The reply and my response is bellow.
Dear Mr Magrathea
I refer to your email 10 May 2015 addressed to the Electoral Commissioner, Mr Tom Rogers, concerning the operation of section 44 of the Constitution. I have been asked to reply to your email on behalf of the Australian Electoral Commission (AEC).
As you are aware from previous communications with the AEC (including with the previous Chairman, the Hon Peter Heerey AM QC), the AEC has no role in determining the eligibility of candidates under section 44 of the Constitution. Under the Administrative Arrangements Order the Constitution is administered by the Attorney-General, not by the AEC. Accordingly, the AEC does not accept the claim made in your email that the AEC has some role in determining whether a candidate is disqualified by the operation of section 44 of the Constitution.
You have once again made the claim that because a person may have been born overseas that they will be disqualified as a candidate by the operation of section 44 of the Constitution. Such a claim is not correct. The mere fact that a person was born overseas does not mean that they hold dual citizenship or will be in breach of section 44 of the Constitution. This is made clear by the comments of the High Court in Sue v Hill  HCA 30.
Under the Commonwealth Electoral Act (Electoral Act), the AEC is only given limited powers to petition the Court of Disputed Returns. The AEC is unable to petition the Court of Disputed Returns as you suggest as the AEC would need to be in possession of some actual facts that would invalidate the election or return (see section 355(a) and (aa) of the Electoral Act). The material that you have previously provided does not establish that any candidate or current Member of Parliament is or was disqualified due to the operation of section 44 of the Constitution. Accordingly, the AEC is not in possession of any facts that could form the basis of a valid petition to the Court of Disputed Returns. In addition, the power to refer any question of the qualifications of a Senator or Member of the House of Representatives to the Court of Disputed Returns rests with the Parliament under sections 376 and 377 of the Electoral Act. The AEC has no power to refer the question of the qualifications of a Senator or Member of the House of Representatives to the Court of Disputed Returns.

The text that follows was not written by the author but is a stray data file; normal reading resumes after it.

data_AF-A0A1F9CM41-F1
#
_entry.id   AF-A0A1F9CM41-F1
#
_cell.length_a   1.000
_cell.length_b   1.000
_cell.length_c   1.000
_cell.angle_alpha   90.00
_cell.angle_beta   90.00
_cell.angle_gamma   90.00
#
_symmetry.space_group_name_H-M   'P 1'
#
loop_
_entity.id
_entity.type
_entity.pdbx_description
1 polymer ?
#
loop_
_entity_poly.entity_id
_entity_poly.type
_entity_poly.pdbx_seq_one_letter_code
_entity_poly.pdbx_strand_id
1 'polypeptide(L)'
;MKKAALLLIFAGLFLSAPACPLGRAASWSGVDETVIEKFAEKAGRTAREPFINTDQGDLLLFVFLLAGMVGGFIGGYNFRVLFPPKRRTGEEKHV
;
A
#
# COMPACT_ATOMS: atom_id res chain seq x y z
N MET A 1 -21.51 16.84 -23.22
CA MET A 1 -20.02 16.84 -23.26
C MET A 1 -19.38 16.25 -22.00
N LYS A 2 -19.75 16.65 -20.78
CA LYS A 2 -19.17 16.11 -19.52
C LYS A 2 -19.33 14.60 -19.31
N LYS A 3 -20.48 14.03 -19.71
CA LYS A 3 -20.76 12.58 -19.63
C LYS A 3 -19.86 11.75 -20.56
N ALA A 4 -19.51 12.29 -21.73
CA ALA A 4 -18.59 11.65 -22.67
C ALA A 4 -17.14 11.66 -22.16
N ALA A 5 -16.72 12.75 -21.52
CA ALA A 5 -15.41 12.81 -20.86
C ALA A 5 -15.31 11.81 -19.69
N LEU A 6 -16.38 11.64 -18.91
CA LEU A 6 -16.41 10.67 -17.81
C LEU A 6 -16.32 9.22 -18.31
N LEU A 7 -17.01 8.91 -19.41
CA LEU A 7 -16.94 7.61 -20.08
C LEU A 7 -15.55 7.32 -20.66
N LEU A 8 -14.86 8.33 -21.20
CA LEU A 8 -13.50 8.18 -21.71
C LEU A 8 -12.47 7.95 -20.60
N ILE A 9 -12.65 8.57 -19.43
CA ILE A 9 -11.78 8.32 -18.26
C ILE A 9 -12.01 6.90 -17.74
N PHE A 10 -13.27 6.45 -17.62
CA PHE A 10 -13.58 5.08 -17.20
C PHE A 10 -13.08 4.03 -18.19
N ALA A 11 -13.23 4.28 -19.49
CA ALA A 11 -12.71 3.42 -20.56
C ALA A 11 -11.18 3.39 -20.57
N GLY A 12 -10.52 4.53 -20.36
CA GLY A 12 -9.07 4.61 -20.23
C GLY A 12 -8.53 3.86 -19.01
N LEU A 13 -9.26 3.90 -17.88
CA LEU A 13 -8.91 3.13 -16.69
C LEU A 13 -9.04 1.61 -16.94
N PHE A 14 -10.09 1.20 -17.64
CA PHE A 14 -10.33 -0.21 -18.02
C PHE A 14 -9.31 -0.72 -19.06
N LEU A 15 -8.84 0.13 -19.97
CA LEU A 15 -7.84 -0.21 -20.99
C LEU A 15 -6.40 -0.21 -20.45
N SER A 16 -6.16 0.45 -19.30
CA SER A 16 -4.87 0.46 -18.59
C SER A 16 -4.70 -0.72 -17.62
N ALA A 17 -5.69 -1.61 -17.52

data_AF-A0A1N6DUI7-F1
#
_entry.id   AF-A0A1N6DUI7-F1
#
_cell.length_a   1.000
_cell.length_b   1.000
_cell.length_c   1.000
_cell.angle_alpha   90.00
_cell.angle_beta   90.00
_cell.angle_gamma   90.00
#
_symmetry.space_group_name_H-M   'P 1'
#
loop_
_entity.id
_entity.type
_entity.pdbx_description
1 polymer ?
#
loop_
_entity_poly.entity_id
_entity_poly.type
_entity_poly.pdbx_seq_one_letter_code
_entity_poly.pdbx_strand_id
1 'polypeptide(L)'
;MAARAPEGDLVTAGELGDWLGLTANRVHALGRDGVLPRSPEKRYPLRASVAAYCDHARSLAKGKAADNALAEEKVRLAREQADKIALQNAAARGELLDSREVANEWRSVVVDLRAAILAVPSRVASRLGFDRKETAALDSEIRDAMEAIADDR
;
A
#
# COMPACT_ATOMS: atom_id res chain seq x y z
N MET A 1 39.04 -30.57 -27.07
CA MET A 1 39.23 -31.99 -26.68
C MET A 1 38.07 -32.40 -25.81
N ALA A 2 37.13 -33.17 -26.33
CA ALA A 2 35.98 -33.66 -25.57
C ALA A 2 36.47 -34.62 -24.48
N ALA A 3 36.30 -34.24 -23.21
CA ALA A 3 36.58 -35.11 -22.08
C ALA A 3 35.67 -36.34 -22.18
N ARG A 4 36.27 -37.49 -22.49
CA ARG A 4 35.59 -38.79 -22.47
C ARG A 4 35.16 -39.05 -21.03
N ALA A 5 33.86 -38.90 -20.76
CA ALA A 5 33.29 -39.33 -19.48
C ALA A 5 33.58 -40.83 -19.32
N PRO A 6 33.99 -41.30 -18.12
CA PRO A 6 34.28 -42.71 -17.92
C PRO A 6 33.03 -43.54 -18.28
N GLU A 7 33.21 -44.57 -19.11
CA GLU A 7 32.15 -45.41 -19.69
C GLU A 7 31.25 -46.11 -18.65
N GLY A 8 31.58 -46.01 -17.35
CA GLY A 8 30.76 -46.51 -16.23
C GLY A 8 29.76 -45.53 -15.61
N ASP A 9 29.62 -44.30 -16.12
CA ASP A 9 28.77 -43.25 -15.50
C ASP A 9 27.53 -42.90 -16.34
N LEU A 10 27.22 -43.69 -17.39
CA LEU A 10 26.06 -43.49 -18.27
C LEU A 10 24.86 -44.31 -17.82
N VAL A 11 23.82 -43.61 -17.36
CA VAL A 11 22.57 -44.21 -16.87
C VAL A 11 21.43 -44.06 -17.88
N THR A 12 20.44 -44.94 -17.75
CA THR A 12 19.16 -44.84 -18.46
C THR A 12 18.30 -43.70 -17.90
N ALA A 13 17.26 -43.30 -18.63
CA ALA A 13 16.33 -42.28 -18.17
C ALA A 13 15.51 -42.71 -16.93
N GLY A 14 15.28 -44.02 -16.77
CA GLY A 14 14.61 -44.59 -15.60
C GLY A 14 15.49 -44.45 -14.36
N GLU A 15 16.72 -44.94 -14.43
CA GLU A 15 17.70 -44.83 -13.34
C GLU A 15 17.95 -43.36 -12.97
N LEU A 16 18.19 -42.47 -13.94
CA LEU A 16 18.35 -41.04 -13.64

I trust that the above clearly explains the position of the AEC on this matter.
Paul Pirani | Chief Legal Officer
And the reply
Thank you again Mr PiraniI do know from past communications that the AEC can not determine citizenship, but also the franchise says you must allow every Australian the right to vote as set down in the Electoral Act.
As for evidence that a current MP is there illegally, I have provided much evidence that Mr Abbott was born in the UK and that he has failed to renounce his British citizenship, you yourself told me that you could not examine citizenship issues, Mr Colvins office, the Commissioner of Australian Federal Police has advised me that he can not examine fraud committed by Mr Abbott in providing false declarations to the AEC because the AEC can not examine citizenship. Proof of Mr Abbott's overseas birth was available at the National Archives until he had that document made secret, a copy of the document asking his overseas birth be registered was lodged after applying for Australian citizenship, a copy is in this newspaper article, his failure to renounce British Citizenship is in the FOI log for the Department of Prime Minister and Cabinet, 2015/048. That FOI states that the renunciation papers do not exist, more than enough evidence for your to query eligibility. You might also look at a request from MP for Griffith, Ms Terri Butler, she wrote to Mr Abbott in January this year asking for a copy of his renunciation papers, four months later he is yet to reply. That letter is here. I have been told there is enough evidence there to query a charge of fraud but they can not press those charges because the AEC can not ask about citizenship. Perhaps you now have enough for fraud chargesd\ or at least asking the High Court to determine if your procedures are proper under the Commonwealth laws.
For you, the AEC, to meet your commitment to the franchise and to the electoral act you must ask another body to determine eligibility of candidates. The AEC has failed to do this in the past, I an not explain why no one has looked at the laws and your franchise and determined that if a person is in parliament illegally something should be done by the AEC. Hill is an example where you failed as an organisation,, private individuals had to take that matter to the court of disputed returns, whereas the responsibility should have been with the AEC to ensure all voters get to vote for someone who stands for parliament under the laws of the Commonwealth.
Will you refer my letters to the deputy commissioners and yourself to the Attorney Generals department as they are the ultimate body with regard to interpretation of Commonwealth laws as you seem reluctant to ask the Court of Disputed Returns or the High Court of the proper way to conduct matters.
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